About U Message from the administration.
University leads Soul of Community project
By President David A. DeCenzo
Coastal Carolina University is taking the leadership role in a new Horry County initiative to better connect residents and thus build a stronger local economy.
This project is based on the findings of groundbreaking research conducted by the national polling organization, Gallup. The research, presented at a community forum Sept. 15, gives us concrete evidence that residents' emotional attachment to their community has a direct impact on local economic success.
I told community leaders at the forum that the University will drive the initiative to build and enhance community pride, spirit and optimism, and challenged them and residents across the county to join with Coastal to use the research to its greatest potential.
To coordinate the effort, I announced the establishment of a Community Engagement Center, serving the Soul of the Community initiative and Women in Philanthropy and Leadership. Beth Stedman has been hired and will work directly with me to promote our community engagement activities.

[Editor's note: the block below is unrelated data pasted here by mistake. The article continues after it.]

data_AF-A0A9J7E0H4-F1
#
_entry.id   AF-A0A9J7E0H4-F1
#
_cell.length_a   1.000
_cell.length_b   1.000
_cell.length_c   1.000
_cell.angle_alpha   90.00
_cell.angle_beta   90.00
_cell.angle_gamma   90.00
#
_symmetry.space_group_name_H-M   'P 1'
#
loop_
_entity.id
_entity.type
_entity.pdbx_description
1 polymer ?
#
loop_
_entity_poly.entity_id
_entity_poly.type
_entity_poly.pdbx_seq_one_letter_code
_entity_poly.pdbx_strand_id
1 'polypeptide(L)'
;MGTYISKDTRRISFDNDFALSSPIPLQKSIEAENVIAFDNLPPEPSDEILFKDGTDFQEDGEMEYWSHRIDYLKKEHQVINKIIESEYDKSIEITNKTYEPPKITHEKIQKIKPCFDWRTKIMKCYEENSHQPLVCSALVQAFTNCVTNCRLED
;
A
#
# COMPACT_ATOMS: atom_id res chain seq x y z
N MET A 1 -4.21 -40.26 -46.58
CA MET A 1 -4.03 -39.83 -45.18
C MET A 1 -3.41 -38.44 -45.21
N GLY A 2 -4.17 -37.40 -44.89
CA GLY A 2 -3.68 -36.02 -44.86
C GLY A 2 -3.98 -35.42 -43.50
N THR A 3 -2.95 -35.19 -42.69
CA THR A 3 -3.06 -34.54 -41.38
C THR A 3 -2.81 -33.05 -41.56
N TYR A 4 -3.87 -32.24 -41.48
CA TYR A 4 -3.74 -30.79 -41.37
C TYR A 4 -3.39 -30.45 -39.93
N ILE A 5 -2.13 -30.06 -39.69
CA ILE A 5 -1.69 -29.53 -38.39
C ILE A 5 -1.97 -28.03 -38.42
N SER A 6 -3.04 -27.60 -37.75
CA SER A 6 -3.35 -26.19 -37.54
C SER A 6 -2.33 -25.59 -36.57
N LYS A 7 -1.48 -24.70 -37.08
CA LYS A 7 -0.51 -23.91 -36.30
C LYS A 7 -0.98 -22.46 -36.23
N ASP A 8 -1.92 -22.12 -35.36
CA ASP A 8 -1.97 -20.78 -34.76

Gallup’s research, funded by the Knight Foundation for the 26 communities it serves, identifies key drivers that are consistent in virtually all the communities Gallup polled between 2008 and 2010 and points to the direct connection between community attachment and gross domestic product growth. They include primarily quality of life elements rather than what you might expect – jobs, the economy and public safety.
Gallup’s work tells us our strengths include the natural beauty of Horry County – our aesthetics, as the report calls it – and our social offerings that make this a desirable place to live for older residents and young adults without children.
Unlike residents in most of the other 26 communities, the newest residents in Horry County are the most attached. But after about five years, their attachment seems to fade. Connections for young professionals and families with young children seem to be lacking as does openness to different types of people.
The research indicates that creating a sense of place and optimism will energize current residents and help attract young professionals and new businesses to the area. An increasing sense of optimism will mean people stay longer, invest time and money in the community and help attract newcomers to settle here.
The new center will take some early ideas collected by a small group over the summer and use them to start the university-community projects aimed at maximizing our strengths and deepening the attachment we all feel to this place we call home.